Written by Arvind Pennathur  

It is peculiar that cricket, the second most popular sport in the world, is practically non-existent in arguably the most influential country in the world, the US. The sport is somewhat of a religion in South Asian countries like India, Pakistan, Bangladesh and Sri Lanka, and is followed as a major sport in Australia, England, New Zealand and South Africa. Given the US’s rich sporting culture, it is somewhat surprising that cricket has not been a major part of it.

The History of Cricket

The history of cricket in the United States is interesting; the sport saw a distinct rise in popularity (it was well-followed in the 1800s) before being completely overtaken by its cousin, baseball. The first annual cricket match that the US participated in took place in Bloomingdale Park, New York, against Canada. The state of Philadelphia, in particular, had a special affiliation with the sport, with their own cricket team that represented them for close to 35 years. They even organized a tour of England, which was monumental back then, given that cricket popularity was steadily waning. In 1903, comparisons were drawn with this team and the Australians’, with the team rarely being beaten. This association with the sport earned Philadelphia the moniker of being the ‘Cricket Capital of America’. Popularity during this time reached such heights that countries like England and Canada toured the US for fixtures.

Cricket
A Cricket Match Between the All England Eleven & the United States Twenty-Two (1859).

By the time of the American Civil War, baseball had comfortably replaced cricket as the game that America was keen on developing. Eventually, cricket had been reduced to an amateur game for gentlemen while baseball became the primary bat and ball sport of the country. Even though Philadelphia continued to show its support for the game, as 1900 drew closer, even its interest began to fade. The final nail in the coffin came with the formation of the Imperial Cricket Conference in 1909 (today known as the International Cricket Council), which left the United States out of any future cricketing plans.

Excerpt from A “Bawl” for American Cricket, by Jones Wister (1893)
Staten Island Cricket Club & New Jersey Cricket Association (1912). Source: Spalding’s Official Cricket Guide, The American Cricket Annual For 1912

Understanding the Downfall

There are a variety of reasons for the downfall of cricket in the US. However, two of these reasons stand out.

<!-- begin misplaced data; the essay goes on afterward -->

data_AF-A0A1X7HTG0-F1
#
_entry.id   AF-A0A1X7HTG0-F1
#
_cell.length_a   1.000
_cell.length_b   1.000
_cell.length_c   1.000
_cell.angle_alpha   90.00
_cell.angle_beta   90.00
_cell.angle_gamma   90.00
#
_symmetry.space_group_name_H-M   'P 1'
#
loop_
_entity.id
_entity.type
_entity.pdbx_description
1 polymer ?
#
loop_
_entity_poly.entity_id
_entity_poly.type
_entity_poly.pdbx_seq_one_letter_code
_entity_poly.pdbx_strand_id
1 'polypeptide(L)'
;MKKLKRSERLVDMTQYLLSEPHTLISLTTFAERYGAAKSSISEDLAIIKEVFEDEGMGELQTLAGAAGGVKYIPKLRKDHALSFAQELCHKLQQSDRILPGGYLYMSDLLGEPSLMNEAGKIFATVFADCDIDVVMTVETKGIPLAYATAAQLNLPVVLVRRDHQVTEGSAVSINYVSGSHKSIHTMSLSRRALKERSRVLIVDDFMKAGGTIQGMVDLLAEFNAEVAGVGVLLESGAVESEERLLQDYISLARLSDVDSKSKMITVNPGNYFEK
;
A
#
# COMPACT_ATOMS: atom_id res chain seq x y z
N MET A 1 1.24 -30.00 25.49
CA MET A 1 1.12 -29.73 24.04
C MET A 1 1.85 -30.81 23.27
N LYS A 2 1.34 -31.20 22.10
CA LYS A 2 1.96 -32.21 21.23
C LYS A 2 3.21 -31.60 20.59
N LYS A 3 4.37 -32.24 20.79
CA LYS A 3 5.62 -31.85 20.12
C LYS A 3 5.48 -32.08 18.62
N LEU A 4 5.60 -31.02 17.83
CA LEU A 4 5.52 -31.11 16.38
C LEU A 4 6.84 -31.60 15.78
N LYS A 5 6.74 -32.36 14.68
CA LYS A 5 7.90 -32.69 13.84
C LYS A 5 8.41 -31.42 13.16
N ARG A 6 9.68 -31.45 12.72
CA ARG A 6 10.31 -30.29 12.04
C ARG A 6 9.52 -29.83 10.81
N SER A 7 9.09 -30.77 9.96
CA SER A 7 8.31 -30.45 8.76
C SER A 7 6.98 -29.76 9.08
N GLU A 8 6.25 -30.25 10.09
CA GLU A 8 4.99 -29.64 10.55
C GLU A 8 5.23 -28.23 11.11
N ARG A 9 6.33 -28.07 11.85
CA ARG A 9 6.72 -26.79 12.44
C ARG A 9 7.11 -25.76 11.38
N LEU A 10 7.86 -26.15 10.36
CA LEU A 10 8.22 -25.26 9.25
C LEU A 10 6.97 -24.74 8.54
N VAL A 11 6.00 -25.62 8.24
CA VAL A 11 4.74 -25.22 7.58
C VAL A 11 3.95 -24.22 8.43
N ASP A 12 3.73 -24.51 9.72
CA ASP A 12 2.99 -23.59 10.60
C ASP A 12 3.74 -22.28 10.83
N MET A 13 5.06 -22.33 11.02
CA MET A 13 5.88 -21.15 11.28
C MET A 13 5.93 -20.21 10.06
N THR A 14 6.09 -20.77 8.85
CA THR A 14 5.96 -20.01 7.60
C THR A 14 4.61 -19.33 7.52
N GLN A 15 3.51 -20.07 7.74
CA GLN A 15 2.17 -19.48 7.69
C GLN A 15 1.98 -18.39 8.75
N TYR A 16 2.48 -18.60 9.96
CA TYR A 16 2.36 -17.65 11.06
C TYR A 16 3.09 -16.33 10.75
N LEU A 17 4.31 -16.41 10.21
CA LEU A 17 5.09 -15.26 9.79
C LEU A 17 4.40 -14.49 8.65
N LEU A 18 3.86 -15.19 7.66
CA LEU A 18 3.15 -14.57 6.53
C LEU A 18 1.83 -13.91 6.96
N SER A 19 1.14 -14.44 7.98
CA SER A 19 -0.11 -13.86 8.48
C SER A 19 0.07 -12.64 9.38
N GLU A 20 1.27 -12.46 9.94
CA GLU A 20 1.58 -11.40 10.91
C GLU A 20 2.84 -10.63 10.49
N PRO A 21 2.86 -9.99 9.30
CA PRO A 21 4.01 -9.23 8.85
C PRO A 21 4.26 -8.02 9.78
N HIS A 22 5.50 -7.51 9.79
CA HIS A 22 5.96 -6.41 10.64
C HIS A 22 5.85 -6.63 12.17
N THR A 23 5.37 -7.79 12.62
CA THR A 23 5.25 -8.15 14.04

One common argument given is that baseball is less complicated and has a simpler set of rules. Cricket in its original form (test cricket) takes place over 5 days, with 90 overs usually being played in a space of six hours or more. Baseball is much quicker, with one game lasting around three hours on an average.

The second line of argument blames the United States Cricket Association’s several failures. The body governed cricket in the country until June 23rd, 2017, after which they were expelled by the ICC for failing to implement rules in a constitution that would lead to more governance and transparency. Further, in 2015 a letter was sent to the board by the ICC asking them to repay a loan of $200,000 that they were given, and in 2014, ICC froze the funding of the organization.

What Next?

While things may have seemed bleak for the sport in the country at the turn of the century, in recent times, several steps have been taken to increase the sport’s appeal across the country. New Zealand and Sri Lanka played a two-match T20 series in the only ICC approved ground in the country, in Lauderhill, Florida in 2010. The stadium also played host to New Zealand and West Indies in 2012, and in 2016 India and West Indies played two T20I matches at the same location. Other than this, there are five other professional (although not ICC approved) cricket grounds in Indiana, Los Angeles, Philadelphia and New York.

2011 saw the return of the K.A. Auty Cup, a series played between the US and Canada after a 17-year hiatus. Its most recent edition was this year in Toronto, where the US claimed their first series win. In 2015, the Cricket All Stars Series took place between teams consisting of retired greats captained by Shane Warne and Sachin Tendulkar, arguably two of the greatest players the game has seen. The games were played in New York, Houston, and Los Angeles. What made these games special was that baseball stadiums in the respective cities were modified to accommodate cricket pitches brought in from New Zealand. The games were in the T20 format, as the fast pace of this format enabled people to get absorbed into the action fairly quickly. The series is expected to continue, although the second edition is yet to be held.

Streaming of cricket has also become much more popular, with the channel Willow TV streaming cricket matches that happen around the world. In 2014, 2.4 million Americans watched ESPN’s broadcast of the ICC World T20 final, and that year, they also made the decision to broadcast the Indian Premier League (IPL). In 2015, the IPL was 6th on a list of the most watched sports leagues in the world, actually edging out major tournaments like Major League baseball and La Liga.

The United States can get back into cricket, and make it as popular as it once was. Several steps, like the above, have been taken to make sure that the country can get back on its feel, and it can only get better from here on out. While a full member status may be a while away for the superpower, with the advent of T20 cricket and its popularity in the US, the foundations for a brighter future have been laid.

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